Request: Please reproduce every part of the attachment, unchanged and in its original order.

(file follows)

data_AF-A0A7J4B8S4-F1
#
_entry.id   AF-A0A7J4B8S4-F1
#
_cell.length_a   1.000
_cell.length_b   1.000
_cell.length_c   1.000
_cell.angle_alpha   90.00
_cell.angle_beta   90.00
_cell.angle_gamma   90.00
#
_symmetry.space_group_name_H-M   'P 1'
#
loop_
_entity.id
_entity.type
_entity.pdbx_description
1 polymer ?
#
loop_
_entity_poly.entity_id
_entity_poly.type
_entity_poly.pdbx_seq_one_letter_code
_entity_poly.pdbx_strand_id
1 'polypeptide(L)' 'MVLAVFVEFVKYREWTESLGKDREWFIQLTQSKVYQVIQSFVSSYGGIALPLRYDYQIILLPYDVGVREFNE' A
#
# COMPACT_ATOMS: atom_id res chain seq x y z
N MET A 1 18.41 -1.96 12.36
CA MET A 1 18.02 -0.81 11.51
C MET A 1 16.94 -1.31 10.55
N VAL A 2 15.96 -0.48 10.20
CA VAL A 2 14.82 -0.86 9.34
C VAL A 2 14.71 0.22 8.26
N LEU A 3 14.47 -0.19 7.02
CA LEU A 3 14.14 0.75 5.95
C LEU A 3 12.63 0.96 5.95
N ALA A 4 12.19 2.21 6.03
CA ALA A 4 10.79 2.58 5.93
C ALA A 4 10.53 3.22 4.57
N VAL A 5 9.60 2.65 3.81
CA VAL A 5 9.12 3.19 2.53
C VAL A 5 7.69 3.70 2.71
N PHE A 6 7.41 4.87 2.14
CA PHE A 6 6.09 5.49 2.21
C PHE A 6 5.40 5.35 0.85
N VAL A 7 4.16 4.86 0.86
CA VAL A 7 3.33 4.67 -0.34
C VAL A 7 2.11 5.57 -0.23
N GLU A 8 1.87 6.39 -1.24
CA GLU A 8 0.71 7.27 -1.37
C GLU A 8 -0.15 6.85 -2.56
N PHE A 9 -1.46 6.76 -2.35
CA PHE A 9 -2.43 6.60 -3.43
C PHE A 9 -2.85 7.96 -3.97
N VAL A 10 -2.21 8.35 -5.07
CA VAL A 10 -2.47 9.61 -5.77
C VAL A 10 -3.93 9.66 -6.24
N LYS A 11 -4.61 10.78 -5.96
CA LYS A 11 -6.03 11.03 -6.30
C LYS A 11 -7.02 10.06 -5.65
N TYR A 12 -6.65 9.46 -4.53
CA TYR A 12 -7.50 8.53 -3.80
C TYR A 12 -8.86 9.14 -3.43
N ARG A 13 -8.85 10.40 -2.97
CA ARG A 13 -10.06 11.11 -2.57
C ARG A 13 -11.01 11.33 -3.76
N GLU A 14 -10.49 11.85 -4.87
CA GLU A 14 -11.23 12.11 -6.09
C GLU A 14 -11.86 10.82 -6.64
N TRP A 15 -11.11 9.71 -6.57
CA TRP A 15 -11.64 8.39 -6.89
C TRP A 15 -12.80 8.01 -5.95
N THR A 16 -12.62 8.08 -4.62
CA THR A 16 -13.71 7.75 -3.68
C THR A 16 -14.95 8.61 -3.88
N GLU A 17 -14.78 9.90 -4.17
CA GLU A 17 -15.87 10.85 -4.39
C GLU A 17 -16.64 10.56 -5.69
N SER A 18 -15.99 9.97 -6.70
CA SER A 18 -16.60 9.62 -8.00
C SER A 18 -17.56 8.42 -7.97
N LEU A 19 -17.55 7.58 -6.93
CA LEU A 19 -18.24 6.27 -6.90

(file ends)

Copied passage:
data_AF-A0A7J4B8S4-F1
#
_entry.id   AF-A0A7J4B8S4-F1
#
_cell.length_a   1.000
_cell.length_b   1.000
_cell.length_c   1.000
_cell.angle_alpha   90.00
_cell.angle_beta   90.00
_cell.angle_gamma   90.00
#
_symmetry.space_group_name_H-M   'P 1'
#
loop_
_entity.id
_entity.type
_entity.pdbx_description
1 polymer ?
#
loop_
_entity_poly.entity_id
_entity_poly.type
_entity_poly.pdbx_seq_one_letter_code
_entity_poly.pdbx_strand_id
1 'polypeptide(L)' 'MVLAVFVEFVKYREWTESLGKDREWFIQLTQSKVYQVIQSFVSSYGGIALPLRYDYQIILLPYDVGVREFNE' A
#
# COMPACT_ATOMS: atom_id res chain seq x y z
N MET A 1 18.41 -1.96 12.36
CA MET A 1 18.02 -0.81 11.51
C MET A 1 16.94 -1.31 10.55
N VAL A 2 15.96 -0.48 10.20
CA VAL A 2 14.82 -0.86 9.34
C VAL A 2 14.71 0.22 8.26
N LEU A 3 14.47 -0.19 7.02
CA LEU A 3 14.14 0.75 5.95
C LEU A 3 12.63 0.96 5.95
N ALA A 4 12.19 2.21 6.03
CA ALA A 4 10.79 2.58 5.93
C ALA A 4 10.53 3.22 4.57
N VAL A 5 9.60 2.65 3.81
CA VAL A 5 9.12 3.19 2.53
C VAL A 5 7.69 3.70 2.71
N PHE A 6 7.41 4.87 2.14
CA PHE A 6 6.09 5.49 2.21
C PHE A 6 5.40 5.35 0.85
N VAL A 7 4.16 4.86 0.86
CA VAL A 7 3.33 4.67 -0.34
C VAL A 7 2.11 5.57 -0.23
N GLU A 8 1.87 6.39 -1.24
CA GLU A 8 0.71 7.27 -1.37
C GLU A 8 -0.15 6.85 -2.56
N PHE A 9 -1.46 6.76 -2.35
CA PHE A 9 -2.43 6.60 -3.43
C PHE A 9 -2.85 7.96 -3.97
N VAL A 10 -2.21 8.35 -5.07
CA VAL A 10 -2.47 9.61 -5.77
C VAL A 10 -3.93 9.66 -6.24
N LYS A 11 -4.61 10.78 -5.96
CA LYS A 11 -6.03 11.03 -6.30
C LYS A 11 -7.02 10.06 -5.65
N TYR A 12 -6.65 9.46 -4.53
CA TYR A 12 -7.50 8.53 -3.80
C TYR A 12 -8.86 9.14 -3.43
N ARG A 13 -8.85 10.40 -2.97
CA ARG A 13 -10.06 11.11 -2.57
C ARG A 13 -11.01 11.33 -3.76
N GLU A 14 -10.49 11.85 -4.87
CA GLU A 14 -11.23 12.11 -6.09
C GLU A 14 -11.86 10.82 -6.64
N TRP A 15 -11.11 9.71 -6.57
CA TRP A 15 -11.64 8.39 -6.89
C TRP A 15 -12.80 8.01 -5.95
N THR A 16 -12.62 8.08 -4.62
CA THR A 16 -13.71 7.75 -3.68
C THR A 16 -14.95 8.61 -3.88
N GLU A 17 -14.78 9.90 -4.17
CA GLU A 17 -15.87 10.85 -4.39
C GLU A 17 -16.64 10.56 -5.69
N SER A 18 -15.99 9.97 -6.70
CA SER A 18 -16.60 9.62 -8.00
C SER A 18 -17.56 8.42 -7.97
N LEU A 19 -17.55 7.58 -6.93
CA LEU A 19 -18.24 6.27 -6.90